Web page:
Crisis existed before latest round of cuts

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CARE and support for people in later life had reached crisis point even before this year’s swingeing cuts, according to a report by the charity Age UK.

The Care in Crisis report found that the gap in social care funding had “led to a reduction in service provision, increasing charges levied by councils for their services and less older people receiving the support they need”.

It said the care costs were rising and the elderly population increasing as people live longer, yet total spending had decreased in real terms. Today, two million older people in England need care, of which about 800,000 receive no formal support.

The number going without care indicates the growing problem of service provision cuts. In 2009-10, the hours of support purchased by councils for older people fell from two million to 1.85 million.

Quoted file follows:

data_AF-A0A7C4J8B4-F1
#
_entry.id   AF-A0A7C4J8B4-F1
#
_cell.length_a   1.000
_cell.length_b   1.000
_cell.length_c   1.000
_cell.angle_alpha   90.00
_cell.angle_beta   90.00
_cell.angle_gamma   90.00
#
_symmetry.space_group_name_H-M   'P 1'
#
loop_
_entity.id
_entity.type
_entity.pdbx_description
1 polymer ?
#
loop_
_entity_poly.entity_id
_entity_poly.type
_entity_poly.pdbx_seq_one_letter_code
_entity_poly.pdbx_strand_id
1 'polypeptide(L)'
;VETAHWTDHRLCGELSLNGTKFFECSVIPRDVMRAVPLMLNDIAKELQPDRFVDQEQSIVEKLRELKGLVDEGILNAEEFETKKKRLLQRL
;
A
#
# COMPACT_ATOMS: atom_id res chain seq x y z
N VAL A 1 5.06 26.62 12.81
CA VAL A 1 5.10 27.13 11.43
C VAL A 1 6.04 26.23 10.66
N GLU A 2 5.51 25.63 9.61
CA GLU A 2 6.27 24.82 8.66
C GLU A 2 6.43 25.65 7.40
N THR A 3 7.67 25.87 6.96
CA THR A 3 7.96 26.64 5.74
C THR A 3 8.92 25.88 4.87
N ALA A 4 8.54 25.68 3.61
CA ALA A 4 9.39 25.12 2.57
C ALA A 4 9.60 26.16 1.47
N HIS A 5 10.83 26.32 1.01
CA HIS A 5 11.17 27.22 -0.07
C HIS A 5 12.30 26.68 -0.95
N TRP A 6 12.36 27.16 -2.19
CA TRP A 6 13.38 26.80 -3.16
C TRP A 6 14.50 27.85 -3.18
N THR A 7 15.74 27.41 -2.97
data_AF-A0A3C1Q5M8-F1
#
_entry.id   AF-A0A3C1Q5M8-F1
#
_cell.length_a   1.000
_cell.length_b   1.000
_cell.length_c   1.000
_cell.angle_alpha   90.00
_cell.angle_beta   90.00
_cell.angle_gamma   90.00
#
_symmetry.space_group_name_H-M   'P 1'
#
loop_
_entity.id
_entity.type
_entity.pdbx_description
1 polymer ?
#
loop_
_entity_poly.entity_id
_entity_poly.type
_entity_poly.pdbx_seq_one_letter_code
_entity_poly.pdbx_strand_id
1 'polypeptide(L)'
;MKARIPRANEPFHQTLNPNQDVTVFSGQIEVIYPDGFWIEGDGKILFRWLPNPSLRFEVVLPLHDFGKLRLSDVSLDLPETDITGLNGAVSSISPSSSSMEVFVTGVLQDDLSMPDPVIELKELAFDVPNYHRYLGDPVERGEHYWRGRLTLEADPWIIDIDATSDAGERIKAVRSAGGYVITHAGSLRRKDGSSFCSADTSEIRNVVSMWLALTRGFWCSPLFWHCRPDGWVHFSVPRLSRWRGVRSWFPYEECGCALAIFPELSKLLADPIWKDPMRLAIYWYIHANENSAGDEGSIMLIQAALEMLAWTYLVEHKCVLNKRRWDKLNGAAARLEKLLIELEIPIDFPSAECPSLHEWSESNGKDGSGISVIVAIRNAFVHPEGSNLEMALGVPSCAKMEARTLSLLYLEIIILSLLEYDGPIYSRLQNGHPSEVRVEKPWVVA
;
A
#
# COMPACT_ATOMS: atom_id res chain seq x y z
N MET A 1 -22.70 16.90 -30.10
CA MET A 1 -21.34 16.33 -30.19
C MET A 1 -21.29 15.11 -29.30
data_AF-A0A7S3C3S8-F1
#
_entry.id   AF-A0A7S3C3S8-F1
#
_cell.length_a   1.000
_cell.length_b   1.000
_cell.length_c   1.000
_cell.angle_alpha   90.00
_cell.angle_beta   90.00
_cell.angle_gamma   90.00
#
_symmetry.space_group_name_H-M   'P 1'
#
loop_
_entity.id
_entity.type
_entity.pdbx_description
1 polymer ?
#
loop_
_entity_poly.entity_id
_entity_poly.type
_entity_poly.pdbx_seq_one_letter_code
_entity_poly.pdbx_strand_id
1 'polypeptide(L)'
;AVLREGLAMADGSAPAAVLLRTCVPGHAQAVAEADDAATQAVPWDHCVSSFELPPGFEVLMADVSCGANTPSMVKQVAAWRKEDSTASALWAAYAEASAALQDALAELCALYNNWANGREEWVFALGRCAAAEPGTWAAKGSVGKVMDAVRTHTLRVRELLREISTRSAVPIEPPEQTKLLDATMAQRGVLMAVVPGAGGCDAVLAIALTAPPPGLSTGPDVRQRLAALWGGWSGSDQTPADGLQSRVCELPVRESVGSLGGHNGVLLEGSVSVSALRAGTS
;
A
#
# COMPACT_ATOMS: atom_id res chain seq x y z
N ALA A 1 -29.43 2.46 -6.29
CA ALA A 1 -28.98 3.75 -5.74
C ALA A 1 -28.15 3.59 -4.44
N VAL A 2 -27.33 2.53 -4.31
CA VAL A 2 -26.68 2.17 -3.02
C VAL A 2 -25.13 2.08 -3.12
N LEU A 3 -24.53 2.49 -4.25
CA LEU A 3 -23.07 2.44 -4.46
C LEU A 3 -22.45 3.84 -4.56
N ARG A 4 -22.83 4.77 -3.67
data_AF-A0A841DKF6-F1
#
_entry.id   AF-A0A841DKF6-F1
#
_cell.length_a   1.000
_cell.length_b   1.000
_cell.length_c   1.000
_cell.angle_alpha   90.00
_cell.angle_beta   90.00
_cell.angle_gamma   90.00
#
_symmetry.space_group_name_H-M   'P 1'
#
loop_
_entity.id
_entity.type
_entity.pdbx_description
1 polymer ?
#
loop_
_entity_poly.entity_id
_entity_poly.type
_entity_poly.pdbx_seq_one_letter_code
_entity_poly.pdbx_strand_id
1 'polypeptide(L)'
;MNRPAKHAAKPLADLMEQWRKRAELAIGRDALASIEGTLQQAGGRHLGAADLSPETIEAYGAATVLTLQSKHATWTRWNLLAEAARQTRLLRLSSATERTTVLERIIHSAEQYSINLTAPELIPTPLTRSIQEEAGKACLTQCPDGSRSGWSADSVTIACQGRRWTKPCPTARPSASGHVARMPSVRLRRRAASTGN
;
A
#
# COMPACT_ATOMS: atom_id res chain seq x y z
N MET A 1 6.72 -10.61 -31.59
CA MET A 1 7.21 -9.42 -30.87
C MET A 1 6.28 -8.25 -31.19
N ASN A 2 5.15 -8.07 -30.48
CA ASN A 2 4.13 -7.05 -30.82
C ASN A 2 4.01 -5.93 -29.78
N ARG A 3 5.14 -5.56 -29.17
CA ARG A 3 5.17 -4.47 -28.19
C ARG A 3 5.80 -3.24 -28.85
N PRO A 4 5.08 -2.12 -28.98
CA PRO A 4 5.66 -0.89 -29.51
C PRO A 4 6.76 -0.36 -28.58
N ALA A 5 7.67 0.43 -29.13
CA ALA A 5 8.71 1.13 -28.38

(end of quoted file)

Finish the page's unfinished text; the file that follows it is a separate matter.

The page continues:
For those who qualify, higher charges are levied. Each older person using council care services had to pay £150 more a year in real terms in 2010-11 than in 2009-10, and £360 more than in 2008-09.

Age UK director Michelle Mitchell said the analysis showed the care system was “on the verge of collapse”, adding: “Too many people rely on the care system on a daily basis for it to be kicked into the long grass and sidelined as too ‘difficult’ or ‘costly’ to fix.”